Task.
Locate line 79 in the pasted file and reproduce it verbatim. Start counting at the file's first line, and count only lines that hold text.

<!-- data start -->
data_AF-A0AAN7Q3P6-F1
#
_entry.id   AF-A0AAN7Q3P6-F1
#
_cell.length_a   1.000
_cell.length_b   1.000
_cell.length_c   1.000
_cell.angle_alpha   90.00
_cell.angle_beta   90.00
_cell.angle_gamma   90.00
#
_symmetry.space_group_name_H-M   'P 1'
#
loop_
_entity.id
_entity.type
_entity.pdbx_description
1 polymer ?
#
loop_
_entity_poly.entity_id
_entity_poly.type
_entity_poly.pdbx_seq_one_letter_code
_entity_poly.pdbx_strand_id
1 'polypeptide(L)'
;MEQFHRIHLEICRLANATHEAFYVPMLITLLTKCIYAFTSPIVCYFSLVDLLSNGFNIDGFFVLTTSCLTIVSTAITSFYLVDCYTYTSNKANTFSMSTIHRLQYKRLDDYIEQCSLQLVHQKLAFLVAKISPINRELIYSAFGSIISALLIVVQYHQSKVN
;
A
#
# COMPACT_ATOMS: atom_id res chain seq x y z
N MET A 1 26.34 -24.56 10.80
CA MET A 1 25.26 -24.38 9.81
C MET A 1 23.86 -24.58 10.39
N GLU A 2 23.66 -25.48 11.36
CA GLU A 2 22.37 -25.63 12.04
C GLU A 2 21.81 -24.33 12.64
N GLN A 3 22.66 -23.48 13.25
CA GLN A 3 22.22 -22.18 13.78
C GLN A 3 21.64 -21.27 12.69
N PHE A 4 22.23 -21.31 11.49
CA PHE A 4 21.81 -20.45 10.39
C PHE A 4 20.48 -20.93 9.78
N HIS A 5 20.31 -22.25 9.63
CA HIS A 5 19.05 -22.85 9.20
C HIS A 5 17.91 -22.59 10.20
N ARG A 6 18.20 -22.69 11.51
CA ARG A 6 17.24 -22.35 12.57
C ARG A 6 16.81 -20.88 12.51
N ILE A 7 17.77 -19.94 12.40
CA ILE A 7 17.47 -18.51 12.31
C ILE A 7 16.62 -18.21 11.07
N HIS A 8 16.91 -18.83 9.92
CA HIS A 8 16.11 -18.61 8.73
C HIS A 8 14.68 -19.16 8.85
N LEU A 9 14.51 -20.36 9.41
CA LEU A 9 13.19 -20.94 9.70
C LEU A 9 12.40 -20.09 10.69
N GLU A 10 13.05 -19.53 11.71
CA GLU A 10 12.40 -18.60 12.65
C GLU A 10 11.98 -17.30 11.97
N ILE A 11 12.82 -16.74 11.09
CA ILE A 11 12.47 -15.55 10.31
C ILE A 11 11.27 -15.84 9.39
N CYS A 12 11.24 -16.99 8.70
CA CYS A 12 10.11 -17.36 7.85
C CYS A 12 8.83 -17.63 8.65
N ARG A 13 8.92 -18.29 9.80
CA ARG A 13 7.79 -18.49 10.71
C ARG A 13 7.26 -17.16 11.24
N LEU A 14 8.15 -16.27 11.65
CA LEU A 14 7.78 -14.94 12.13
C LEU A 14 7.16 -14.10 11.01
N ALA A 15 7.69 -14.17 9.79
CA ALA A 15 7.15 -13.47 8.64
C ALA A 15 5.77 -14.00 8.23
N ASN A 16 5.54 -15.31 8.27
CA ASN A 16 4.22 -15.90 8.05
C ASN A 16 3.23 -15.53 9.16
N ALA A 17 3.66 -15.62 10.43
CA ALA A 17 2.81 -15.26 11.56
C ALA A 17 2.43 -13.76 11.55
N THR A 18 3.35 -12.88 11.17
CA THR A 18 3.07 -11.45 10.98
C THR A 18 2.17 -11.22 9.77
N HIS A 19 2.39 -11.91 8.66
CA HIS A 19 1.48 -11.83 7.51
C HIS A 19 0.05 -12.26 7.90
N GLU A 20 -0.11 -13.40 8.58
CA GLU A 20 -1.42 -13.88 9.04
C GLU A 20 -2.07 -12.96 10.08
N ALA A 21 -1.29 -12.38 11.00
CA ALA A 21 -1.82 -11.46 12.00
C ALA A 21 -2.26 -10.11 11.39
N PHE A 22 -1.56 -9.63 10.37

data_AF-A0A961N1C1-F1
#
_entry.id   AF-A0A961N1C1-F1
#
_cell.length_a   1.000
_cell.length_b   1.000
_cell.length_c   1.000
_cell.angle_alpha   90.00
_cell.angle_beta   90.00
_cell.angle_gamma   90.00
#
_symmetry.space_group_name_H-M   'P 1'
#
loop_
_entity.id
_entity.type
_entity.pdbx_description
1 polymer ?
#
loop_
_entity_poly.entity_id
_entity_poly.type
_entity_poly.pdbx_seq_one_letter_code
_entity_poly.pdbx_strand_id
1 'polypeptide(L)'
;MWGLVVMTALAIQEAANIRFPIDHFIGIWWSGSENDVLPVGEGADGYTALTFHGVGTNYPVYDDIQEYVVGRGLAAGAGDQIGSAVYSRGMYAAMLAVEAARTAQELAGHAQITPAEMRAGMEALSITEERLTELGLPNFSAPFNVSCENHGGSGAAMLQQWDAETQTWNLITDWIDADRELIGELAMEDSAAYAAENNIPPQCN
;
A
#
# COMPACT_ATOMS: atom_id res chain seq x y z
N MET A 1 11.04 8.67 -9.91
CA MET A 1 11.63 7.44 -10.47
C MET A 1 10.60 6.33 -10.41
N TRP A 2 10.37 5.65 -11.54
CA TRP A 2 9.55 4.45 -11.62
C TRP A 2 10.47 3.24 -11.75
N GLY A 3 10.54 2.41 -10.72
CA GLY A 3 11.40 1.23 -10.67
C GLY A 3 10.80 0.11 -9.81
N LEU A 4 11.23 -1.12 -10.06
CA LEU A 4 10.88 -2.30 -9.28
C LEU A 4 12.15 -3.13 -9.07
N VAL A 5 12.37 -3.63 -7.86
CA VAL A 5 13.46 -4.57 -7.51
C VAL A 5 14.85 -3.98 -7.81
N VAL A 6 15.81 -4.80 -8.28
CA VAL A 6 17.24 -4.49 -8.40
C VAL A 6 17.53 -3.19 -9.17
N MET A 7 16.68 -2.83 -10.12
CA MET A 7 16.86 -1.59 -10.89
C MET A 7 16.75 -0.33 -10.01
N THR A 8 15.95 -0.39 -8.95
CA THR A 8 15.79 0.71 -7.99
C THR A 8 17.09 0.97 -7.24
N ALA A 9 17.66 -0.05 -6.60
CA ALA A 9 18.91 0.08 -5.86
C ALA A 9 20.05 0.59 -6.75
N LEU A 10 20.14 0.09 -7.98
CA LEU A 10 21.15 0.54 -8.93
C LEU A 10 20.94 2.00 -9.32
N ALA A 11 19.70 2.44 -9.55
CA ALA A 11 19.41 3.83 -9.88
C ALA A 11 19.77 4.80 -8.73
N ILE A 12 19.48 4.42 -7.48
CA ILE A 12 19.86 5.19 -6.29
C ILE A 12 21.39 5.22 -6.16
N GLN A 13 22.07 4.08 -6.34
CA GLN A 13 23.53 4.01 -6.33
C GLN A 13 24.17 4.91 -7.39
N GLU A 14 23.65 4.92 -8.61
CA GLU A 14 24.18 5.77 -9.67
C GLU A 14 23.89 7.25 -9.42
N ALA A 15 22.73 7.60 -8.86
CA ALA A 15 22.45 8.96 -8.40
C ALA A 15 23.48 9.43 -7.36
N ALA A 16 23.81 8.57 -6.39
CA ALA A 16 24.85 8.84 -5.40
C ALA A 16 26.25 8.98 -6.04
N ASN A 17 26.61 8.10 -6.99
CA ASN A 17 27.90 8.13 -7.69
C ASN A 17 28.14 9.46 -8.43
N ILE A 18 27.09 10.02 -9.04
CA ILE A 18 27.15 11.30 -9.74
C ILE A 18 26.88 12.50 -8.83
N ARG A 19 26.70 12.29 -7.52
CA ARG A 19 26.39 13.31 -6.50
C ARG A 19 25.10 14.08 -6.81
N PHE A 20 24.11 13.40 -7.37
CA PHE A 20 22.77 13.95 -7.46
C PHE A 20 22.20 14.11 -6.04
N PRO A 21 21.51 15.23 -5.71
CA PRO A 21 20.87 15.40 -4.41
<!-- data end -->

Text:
N ALA A 17 3.66 -15.62 10.43